Every day, about ten people die from unintentional drowning. Of these, two are children aged 14 or younger. Drowning ranks fifth among the leading causes of unintentional injury death in the United States.
Factors that influence drowning risk include:
- Lack of Swimming Ability: Many adults and children report that they can’t swim. Research has shown that participation in formal swimming lessons can reduce the risk of drowning among children aged 1 to 4 years.
- Lack of Barriers:Barriers, such as pool fencing, prevent young children from gaining access to the pool area without caregivers’ awareness.
- Lack of Close Supervision:Drowning can happen quickly and quietly anywhere there is water (such as bathtubs, swimming pools, buckets), and even in the presence of lifeguards.
- Failure to Wear Life Jackets:Most (72%) boating deaths that occurred during 2010 were caused by drowning, with 88% of victims not wearing life jackets.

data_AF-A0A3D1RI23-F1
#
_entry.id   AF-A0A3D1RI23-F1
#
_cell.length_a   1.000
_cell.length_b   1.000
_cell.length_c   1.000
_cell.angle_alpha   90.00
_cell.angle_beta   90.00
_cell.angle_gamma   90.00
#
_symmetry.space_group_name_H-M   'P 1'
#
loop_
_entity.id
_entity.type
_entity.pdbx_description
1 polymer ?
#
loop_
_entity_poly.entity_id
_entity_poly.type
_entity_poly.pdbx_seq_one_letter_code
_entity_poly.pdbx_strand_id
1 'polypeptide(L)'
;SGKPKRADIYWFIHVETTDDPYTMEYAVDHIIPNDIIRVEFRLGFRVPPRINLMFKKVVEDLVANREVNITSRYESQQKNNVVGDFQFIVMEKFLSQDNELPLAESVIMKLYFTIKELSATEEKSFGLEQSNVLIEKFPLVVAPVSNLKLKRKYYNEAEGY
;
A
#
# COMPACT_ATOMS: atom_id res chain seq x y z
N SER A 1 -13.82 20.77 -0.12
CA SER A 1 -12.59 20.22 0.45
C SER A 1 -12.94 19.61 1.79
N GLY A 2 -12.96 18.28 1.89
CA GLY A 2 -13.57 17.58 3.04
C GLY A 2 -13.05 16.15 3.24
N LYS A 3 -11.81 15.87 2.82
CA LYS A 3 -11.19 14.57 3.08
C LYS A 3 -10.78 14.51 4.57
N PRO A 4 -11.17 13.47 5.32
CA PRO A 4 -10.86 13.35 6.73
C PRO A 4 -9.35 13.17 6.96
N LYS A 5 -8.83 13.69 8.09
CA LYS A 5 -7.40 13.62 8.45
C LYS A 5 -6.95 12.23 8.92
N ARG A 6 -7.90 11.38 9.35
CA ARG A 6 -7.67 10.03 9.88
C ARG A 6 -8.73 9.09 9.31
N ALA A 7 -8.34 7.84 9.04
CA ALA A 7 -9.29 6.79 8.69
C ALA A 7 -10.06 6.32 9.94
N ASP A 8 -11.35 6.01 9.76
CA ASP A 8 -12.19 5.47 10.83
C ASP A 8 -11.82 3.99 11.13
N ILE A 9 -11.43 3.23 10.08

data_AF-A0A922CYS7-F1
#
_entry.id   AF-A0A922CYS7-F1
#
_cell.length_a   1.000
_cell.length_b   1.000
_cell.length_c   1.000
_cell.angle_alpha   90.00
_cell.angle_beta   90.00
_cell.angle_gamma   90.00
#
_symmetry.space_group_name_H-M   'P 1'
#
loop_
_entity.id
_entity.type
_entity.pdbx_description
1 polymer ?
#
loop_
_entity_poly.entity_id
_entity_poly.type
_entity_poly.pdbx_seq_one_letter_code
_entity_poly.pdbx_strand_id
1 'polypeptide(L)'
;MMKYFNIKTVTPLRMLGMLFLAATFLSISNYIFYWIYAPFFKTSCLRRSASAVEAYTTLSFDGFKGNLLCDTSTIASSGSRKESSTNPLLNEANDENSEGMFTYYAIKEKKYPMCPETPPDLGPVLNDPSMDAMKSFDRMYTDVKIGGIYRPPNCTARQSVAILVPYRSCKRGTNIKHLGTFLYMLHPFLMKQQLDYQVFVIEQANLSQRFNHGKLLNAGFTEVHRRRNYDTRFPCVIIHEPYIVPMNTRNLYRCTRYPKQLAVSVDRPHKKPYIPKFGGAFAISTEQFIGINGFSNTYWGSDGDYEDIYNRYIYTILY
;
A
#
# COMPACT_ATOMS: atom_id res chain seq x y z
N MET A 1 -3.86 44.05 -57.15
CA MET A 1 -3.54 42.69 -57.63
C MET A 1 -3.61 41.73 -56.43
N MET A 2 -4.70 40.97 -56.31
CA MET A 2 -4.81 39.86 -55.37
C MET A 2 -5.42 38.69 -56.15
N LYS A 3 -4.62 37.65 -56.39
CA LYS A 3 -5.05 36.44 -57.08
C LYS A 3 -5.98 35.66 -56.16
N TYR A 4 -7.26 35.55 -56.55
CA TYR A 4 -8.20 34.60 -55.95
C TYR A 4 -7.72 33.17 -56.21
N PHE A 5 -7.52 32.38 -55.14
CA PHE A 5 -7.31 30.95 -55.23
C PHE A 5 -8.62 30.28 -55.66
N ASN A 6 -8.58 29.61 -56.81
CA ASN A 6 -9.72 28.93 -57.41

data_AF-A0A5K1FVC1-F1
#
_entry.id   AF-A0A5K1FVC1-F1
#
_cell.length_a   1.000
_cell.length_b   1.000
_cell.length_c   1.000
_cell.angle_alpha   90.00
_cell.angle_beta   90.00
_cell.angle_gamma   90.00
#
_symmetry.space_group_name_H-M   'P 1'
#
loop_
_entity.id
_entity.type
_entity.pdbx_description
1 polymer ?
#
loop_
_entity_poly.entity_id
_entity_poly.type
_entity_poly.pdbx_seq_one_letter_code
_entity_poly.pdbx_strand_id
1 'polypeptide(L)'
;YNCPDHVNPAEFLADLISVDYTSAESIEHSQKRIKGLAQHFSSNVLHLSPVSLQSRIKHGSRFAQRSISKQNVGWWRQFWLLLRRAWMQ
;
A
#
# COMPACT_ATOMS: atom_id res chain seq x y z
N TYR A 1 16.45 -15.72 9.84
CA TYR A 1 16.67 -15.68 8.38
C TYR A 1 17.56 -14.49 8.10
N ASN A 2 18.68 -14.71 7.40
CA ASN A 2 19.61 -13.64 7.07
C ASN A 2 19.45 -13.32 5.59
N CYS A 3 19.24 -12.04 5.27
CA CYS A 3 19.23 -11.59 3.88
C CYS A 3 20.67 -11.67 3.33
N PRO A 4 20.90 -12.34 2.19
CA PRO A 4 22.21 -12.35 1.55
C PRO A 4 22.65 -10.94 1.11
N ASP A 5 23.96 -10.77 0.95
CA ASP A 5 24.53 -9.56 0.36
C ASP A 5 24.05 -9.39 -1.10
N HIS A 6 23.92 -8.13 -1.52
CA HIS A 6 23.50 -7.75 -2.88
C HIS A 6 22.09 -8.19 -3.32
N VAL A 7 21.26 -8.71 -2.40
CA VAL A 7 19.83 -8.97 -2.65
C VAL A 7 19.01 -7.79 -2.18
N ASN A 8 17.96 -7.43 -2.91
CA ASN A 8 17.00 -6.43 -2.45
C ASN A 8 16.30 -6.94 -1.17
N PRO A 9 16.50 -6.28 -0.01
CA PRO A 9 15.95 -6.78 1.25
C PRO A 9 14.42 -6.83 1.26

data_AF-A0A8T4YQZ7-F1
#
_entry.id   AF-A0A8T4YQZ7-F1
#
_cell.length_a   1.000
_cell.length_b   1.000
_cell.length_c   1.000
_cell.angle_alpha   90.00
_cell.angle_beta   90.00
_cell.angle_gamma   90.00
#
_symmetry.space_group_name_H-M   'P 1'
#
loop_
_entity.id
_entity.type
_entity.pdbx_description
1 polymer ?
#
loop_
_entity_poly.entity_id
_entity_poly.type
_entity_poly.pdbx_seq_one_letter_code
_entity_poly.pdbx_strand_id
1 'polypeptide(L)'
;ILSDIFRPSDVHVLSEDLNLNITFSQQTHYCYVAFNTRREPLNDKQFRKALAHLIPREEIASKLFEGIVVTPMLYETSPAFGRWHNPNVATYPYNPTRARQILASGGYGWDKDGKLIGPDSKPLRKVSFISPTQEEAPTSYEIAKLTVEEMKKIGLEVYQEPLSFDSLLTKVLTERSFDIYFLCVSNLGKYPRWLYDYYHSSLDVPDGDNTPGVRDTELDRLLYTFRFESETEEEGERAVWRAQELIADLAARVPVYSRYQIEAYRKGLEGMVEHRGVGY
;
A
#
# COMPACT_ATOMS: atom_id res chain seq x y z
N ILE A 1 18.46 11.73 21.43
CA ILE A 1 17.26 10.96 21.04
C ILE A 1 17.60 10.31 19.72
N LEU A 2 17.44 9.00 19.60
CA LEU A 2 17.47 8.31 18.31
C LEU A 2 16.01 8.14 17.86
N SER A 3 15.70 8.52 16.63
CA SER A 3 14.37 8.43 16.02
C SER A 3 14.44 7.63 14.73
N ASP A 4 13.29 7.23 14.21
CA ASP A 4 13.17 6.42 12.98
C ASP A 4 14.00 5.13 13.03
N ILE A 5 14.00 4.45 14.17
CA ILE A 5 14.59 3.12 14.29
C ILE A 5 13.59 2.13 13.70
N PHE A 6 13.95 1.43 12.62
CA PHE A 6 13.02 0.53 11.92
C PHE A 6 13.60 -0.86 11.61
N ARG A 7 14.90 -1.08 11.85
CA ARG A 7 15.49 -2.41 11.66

- Alcohol Use:Among adolescents and adults, alcohol use is involved in up to 70% of deaths associated with water recreation.
- Seizure Disorders: For persons with seizure disorders, drowning is the most common cause of unintentional injury death, with the bathtub as the site of highest drowning risk.
Research has found that the following factors help to greatly reduce the risk of a drowning death occurring:
- Swimming skills help. Taking part in in formal swimming lessons reduces the risk of drowning among children aged 1 to 4 years.
- Seconds count—learn CPR. CPR performed by bystanders has been shown to save lives and improve outcomes in drowning victims. The more quickly CPR is started, the better the chance of improved outcomes.
- Life jackets can reduce risk.Potentially, half of all boating deaths might be prevented with the use of life jackets.